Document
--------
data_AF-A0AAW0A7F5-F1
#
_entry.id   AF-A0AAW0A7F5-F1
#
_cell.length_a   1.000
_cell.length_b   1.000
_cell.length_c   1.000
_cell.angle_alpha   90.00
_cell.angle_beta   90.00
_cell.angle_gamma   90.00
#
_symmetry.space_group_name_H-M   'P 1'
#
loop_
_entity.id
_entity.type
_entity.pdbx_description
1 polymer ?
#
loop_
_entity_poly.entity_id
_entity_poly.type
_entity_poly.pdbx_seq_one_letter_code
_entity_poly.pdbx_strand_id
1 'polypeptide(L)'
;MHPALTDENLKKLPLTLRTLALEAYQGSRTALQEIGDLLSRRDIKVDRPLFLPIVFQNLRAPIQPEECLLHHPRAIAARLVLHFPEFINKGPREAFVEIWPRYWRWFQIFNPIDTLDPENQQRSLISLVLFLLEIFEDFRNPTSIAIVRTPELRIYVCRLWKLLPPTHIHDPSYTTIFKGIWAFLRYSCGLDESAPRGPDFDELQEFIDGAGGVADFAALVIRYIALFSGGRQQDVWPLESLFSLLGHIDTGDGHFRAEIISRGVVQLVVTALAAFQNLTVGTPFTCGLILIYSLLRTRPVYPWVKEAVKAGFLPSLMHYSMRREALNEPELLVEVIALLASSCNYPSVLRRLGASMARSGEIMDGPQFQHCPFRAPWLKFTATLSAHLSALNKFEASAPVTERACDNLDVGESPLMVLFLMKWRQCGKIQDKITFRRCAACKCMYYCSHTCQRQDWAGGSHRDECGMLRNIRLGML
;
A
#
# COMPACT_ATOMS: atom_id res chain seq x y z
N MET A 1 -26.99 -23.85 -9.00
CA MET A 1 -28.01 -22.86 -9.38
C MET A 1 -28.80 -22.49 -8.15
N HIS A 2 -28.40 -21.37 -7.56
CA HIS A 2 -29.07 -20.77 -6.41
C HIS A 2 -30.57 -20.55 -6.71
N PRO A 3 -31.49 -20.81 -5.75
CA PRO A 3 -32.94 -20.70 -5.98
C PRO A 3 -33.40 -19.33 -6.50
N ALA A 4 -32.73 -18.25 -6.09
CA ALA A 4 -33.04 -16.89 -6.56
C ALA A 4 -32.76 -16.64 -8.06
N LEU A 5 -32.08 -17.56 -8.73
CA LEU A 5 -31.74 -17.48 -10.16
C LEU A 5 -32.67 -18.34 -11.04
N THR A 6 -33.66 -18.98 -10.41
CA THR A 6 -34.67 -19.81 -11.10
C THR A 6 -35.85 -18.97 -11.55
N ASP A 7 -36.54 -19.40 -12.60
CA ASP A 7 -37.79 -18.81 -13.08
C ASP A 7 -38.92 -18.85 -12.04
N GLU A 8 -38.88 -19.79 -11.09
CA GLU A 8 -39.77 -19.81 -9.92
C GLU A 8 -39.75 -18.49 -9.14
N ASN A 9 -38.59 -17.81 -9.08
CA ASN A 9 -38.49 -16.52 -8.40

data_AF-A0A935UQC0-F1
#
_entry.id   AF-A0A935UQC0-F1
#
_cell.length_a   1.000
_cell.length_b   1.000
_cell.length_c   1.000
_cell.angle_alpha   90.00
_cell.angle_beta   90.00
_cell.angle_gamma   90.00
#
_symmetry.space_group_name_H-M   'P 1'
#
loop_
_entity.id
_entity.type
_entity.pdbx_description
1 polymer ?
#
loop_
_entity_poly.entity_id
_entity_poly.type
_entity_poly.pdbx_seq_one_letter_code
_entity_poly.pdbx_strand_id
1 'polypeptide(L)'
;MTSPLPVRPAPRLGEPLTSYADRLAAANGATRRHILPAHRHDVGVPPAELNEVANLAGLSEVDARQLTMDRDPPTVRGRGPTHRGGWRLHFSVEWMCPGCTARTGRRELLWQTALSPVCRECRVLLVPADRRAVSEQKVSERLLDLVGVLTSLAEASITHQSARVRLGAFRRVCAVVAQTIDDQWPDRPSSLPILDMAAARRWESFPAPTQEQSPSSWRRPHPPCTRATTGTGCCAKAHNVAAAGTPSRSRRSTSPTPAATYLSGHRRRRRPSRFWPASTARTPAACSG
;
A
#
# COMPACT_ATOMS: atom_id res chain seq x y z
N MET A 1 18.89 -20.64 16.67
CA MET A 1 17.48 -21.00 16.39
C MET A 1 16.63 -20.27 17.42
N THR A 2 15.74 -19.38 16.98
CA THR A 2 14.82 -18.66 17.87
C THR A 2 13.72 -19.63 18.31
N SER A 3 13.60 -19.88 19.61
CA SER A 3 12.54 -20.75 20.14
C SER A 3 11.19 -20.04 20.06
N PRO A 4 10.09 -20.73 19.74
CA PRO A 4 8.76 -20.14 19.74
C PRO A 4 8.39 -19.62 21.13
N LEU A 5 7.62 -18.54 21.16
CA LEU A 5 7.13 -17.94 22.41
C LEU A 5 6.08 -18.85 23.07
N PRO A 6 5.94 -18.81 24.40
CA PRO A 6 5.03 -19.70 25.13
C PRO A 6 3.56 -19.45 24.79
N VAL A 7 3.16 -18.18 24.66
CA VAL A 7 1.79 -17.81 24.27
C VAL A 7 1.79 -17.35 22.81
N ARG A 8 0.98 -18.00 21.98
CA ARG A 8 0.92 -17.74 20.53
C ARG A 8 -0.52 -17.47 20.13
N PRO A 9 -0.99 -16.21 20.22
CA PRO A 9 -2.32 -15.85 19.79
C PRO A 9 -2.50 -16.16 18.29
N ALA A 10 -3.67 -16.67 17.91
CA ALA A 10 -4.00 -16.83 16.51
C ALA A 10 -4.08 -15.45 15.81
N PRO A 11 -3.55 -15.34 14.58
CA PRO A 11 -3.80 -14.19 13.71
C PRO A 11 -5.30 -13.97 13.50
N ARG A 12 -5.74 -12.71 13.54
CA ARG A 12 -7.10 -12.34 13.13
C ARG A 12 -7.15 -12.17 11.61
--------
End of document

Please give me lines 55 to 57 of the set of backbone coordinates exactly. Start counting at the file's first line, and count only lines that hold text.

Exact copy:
N ASN A 9 -38.59 -17.81 -9.08
CA ASN A 9 -38.49 -16.52 -8.40

data_AF-A0A935UQC0-F1